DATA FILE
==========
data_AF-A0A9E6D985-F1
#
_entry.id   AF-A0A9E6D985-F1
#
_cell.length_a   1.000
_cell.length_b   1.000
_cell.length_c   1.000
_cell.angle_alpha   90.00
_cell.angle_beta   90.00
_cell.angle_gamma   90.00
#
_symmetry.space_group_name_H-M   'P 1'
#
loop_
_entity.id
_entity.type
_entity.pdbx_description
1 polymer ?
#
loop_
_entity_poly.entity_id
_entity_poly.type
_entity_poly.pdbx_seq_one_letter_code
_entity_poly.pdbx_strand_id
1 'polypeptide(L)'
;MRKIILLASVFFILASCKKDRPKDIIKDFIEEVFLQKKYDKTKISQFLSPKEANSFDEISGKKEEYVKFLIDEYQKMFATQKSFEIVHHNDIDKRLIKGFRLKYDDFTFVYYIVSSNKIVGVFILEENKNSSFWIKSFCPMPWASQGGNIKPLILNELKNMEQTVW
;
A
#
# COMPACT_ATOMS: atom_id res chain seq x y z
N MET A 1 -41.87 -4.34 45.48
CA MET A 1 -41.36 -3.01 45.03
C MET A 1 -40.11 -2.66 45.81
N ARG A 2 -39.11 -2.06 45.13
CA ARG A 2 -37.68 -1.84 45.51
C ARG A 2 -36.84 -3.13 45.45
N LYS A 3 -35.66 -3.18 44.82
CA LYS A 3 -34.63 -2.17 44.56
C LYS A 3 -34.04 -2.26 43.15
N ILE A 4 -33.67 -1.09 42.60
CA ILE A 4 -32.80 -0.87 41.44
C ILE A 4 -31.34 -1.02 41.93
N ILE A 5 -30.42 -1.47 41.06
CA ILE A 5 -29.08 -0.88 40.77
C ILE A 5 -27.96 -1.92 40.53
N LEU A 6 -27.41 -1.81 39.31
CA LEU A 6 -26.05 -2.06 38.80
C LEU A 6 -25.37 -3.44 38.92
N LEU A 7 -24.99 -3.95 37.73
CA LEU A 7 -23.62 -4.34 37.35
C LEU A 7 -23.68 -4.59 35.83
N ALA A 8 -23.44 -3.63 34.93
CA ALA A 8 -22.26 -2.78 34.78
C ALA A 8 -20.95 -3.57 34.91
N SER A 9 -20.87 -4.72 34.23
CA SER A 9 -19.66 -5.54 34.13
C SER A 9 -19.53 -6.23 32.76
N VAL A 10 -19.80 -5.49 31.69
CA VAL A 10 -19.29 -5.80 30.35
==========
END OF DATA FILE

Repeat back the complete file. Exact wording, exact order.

data_AF-A0A9E6D985-F1
#
_entry.id   AF-A0A9E6D985-F1
#
_cell.length_a   1.000
_cell.length_b   1.000
_cell.length_c   1.000
_cell.angle_alpha   90.00
_cell.angle_beta   90.00
_cell.angle_gamma   90.00
#
_symmetry.space_group_name_H-M   'P 1'
#
loop_
_entity.id
_entity.type
_entity.pdbx_description
1 polymer ?
#
loop_
_entity_poly.entity_id
_entity_poly.type
_entity_poly.pdbx_seq_one_letter_code
_entity_poly.pdbx_strand_id
1 'polypeptide(L)'
;MRKIILLASVFFILASCKKDRPKDIIKDFIEEVFLQKKYDKTKISQFLSPKEANSFDEISGKKEEYVKFLIDEYQKMFATQKSFEIVHHNDIDKRLIKGFRLKYDDFTFVYYIVSSNKIVGVFILEENKNSSFWIKSFCPMPWASQGGNIKPLILNELKNMEQTVW
;
A
#
# COMPACT_ATOMS: atom_id res chain seq x y z
N MET A 1 -41.87 -4.34 45.48
CA MET A 1 -41.36 -3.01 45.03
C MET A 1 -40.11 -2.66 45.81
N ARG A 2 -39.11 -2.06 45.13
CA ARG A 2 -37.68 -1.84 45.51
C ARG A 2 -36.84 -3.13 45.45
N LYS A 3 -35.66 -3.18 44.82
CA LYS A 3 -34.63 -2.17 44.56
C LYS A 3 -34.04 -2.26 43.15
N ILE A 4 -33.67 -1.09 42.60
CA ILE A 4 -32.80 -0.87 41.44
C ILE A 4 -31.34 -1.02 41.93
N ILE A 5 -30.42 -1.47 41.06
CA ILE A 5 -29.08 -0.88 40.77
C ILE A 5 -27.96 -1.92 40.53
N LEU A 6 -27.41 -1.81 39.31
CA LEU A 6 -26.05 -2.06 38.80
C LEU A 6 -25.37 -3.44 38.92
N LEU A 7 -24.99 -3.95 37.73
CA LEU A 7 -23.62 -4.34 37.35
C LEU A 7 -23.68 -4.59 35.83
N ALA A 8 -23.44 -3.63 34.93
CA ALA A 8 -22.26 -2.78 34.78
C ALA A 8 -20.95 -3.57 34.91
N SER A 9 -20.87 -4.72 34.23
CA SER A 9 -19.66 -5.54 34.13
C SER A 9 -19.53 -6.23 32.76
N VAL A 10 -19.80 -5.49 31.69
CA VAL A 10 -19.29 -5.80 30.35